Literary New To You September 2018 => Books you read this month
100 Years of Coast Guard Aviation!
Bookish types love nothing more than a bibliography, especially book lists generated by like-minded (or not so like-minded) readers.
Please share what you've been reading with your fellow gamers!
100 Years of Coast Guard Aviation!
Good morning reading gamers and gaming readers! Another insane month around the Howell household. I look forward to soon enjoying a month containing no major life events.
TODAY I start my new life as an independent contractor writing policy for the government. Which is pretty exciting - first new job in 22 years! My oldest kid started middle school and my youngest began kindergarten.
And somehow I managed to chew my way through a meaty space opera volume.
Nemesis Games, the fifth book in the Expanse series.
Not that it's important to compare one book in a series against the rest, but this might have been the one that I enjoyed the most. I like that they made the choice to stay away from the alien precursor story. They may have been falling into the Star Trek the Motion Picture trap and smartly followed up with a Wrath of Kahn; this one was character-driven with some nice and not-so-nice family moments.
I hope Naomi Nagata becomes an example of a strong female hero in the years to come. I felt the writing team did a great job with her heartbreak and her manipulation by the old boyfriend.
Still cruising through this series at a slooooow pace.
Have a great month everyone!
Kind of a slow month for me. I've been very busy trying to get stuff done around the house before winter. That and I'm on a run of Captain America and the Falcon and it isn't really grabbing my attention.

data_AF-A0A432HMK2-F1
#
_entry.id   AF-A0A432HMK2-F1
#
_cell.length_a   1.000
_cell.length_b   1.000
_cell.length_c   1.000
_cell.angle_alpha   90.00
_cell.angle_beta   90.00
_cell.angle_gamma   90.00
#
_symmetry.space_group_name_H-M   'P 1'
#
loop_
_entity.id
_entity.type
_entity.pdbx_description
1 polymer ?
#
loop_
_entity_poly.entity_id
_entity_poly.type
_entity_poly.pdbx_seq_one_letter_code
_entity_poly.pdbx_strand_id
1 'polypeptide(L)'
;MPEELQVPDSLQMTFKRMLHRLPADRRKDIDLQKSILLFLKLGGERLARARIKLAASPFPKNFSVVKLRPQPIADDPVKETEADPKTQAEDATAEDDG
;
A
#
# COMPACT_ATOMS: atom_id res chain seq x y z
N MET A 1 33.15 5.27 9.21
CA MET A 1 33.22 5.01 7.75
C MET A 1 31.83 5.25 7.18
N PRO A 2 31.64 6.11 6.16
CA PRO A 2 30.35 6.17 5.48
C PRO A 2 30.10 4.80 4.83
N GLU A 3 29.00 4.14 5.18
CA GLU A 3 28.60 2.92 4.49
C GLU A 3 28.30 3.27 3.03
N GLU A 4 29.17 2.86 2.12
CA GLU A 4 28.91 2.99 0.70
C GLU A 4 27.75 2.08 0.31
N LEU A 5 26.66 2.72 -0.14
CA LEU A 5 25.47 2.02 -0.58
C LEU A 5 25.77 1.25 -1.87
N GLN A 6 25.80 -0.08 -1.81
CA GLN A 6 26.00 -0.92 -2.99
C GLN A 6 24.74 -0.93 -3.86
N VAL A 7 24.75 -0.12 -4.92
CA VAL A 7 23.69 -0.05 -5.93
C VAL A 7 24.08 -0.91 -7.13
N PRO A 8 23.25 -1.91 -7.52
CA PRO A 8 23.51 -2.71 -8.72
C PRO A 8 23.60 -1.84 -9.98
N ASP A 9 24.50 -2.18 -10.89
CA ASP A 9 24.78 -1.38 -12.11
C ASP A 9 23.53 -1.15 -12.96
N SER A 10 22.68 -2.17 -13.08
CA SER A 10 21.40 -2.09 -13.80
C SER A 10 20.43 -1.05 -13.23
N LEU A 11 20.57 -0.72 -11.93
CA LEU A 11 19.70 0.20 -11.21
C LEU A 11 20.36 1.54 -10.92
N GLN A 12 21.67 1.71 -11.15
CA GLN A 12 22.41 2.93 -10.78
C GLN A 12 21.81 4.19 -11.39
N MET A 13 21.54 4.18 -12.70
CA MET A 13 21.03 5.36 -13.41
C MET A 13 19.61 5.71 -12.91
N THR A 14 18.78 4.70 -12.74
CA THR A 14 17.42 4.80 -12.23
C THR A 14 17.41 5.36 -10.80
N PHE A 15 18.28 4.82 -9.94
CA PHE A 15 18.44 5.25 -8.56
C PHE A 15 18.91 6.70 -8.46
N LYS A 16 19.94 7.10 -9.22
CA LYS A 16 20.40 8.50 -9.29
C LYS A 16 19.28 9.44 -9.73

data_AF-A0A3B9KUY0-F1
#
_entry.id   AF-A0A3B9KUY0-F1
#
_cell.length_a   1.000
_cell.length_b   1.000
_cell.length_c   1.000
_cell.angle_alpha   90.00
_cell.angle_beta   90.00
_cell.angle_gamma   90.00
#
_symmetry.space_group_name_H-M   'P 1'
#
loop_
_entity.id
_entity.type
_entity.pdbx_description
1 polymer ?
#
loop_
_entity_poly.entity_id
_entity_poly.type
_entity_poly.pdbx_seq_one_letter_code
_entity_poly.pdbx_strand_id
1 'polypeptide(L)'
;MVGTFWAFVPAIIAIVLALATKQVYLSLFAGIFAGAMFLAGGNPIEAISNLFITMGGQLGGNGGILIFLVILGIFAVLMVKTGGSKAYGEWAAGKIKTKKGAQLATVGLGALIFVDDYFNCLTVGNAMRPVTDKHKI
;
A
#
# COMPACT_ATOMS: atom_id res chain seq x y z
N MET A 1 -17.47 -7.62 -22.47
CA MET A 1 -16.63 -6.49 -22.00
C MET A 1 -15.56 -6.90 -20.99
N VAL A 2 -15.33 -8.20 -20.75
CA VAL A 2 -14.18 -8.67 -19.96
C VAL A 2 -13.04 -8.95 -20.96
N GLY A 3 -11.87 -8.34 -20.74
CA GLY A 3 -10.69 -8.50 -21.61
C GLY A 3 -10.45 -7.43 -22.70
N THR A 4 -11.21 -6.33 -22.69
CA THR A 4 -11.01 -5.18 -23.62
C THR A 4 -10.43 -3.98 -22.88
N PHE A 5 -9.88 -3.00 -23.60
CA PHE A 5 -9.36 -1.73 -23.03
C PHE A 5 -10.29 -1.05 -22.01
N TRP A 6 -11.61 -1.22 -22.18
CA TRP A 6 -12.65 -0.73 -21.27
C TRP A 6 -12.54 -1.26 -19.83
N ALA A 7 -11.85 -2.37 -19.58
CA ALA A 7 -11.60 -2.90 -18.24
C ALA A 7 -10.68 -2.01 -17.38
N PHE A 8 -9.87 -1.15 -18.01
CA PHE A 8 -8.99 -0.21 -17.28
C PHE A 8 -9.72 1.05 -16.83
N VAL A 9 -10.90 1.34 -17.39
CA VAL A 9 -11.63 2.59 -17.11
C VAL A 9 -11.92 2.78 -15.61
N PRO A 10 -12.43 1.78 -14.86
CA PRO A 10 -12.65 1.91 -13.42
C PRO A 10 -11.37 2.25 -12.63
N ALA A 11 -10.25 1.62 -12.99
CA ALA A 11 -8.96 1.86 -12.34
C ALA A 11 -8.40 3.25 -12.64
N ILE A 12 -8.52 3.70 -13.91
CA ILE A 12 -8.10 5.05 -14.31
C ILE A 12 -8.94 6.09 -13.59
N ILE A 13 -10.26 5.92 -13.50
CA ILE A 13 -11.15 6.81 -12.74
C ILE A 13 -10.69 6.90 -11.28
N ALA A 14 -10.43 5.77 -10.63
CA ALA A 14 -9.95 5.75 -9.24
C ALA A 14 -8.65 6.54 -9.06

Here's what got read on my Marvel Silver Age reading order:
Fantastic Four #102-104
Amazing Spider-Man #88-92
Iron Man #30-32
Incredible Hulk #131-134
Captain America and the Falcon #135-138
The Thor issues weren't very good and didn't make any sense. The Neal Adams art was great. He even had a bit of an Easter egg hidden in the panels. These were some of the last issues Jack Kirby and Stan Lee wrote together. Neal had a truck that said "Kirby Lee Moving" and he had Thor's hammer smash through the truck separating the names. I don't know if it was intentional, but it was neat either way.
The Spider-Man issues were by far the best. I don't know if anyone cares about spoilers from a comic in 1970 but just in case.
Spoiler (click to reveal)
This issues show the return of Dr. Octopus and the death of Gwen Stacey's father, Captain Stacey. While fighting Spider-Man, Doc Ock knocks a chimney down and the bricks are going to fall on a child. Captain Stacey dives and pushes the child out of the way. Spider-Man digs him out of the rubble and carries him to a rooftop. Captain Stacey then reveals that he's known Peter was spider-man for a long time and asks him to take care of Gwen.
Up until this point Captain Stacey has been one of two (the other being Joe Robinson) defenders of Spider-Man and a kind of father figure for Peter since Uncle Ben died. His death is really the first major one that happened in the series.
I enjoyed the Sub-Mariner issues. He's back to his undersea adventures instead of fighting pollution on college campuses (man i hate those stories.) This aren't any better than your average silver age tale. I'm just an irrational fan of the character.
Fantastic Four #579 I haven't stuck with it recently, but i've also been going through a modern Marvel reading order. It starts with Avengers Disassembled in 2000 and goes up to the present day. I'm at the Heroic Age in 2009.
This Fantastic Four series by Jonathan Hickman has been really good. The first part of his run focuses on Reed and gives some depth to the character. Reed stumbles on a part of the multiverse where hundreds of version of himself are trying to fix all the problems of the universe.
G-Man Vol. 1-3
G-Man is an all ages comedy book that pokes fun at super heroes but also tells a lighthearted story about two brothers getting powers.
If you remember the Mini Marvel series from the mid 2000s this is the same guy. He's doing a similar thing but with his own characters. This series isn't amazing but its very solid. Anyone who wants an easy read with a little comedy should check this out on Hoopla. I'm a sucker for a comedy book so I might enjoy it more than most.
Sonic the Hedgehog (IDW) #1-9
Trigun Vol. 1
I was a big fan of the anime in my teenage years. It starts out as a kind of weird west/sci-fi series. It goes almost full sci-fi by the end of it. I bought all the volumes of the manga several years ago.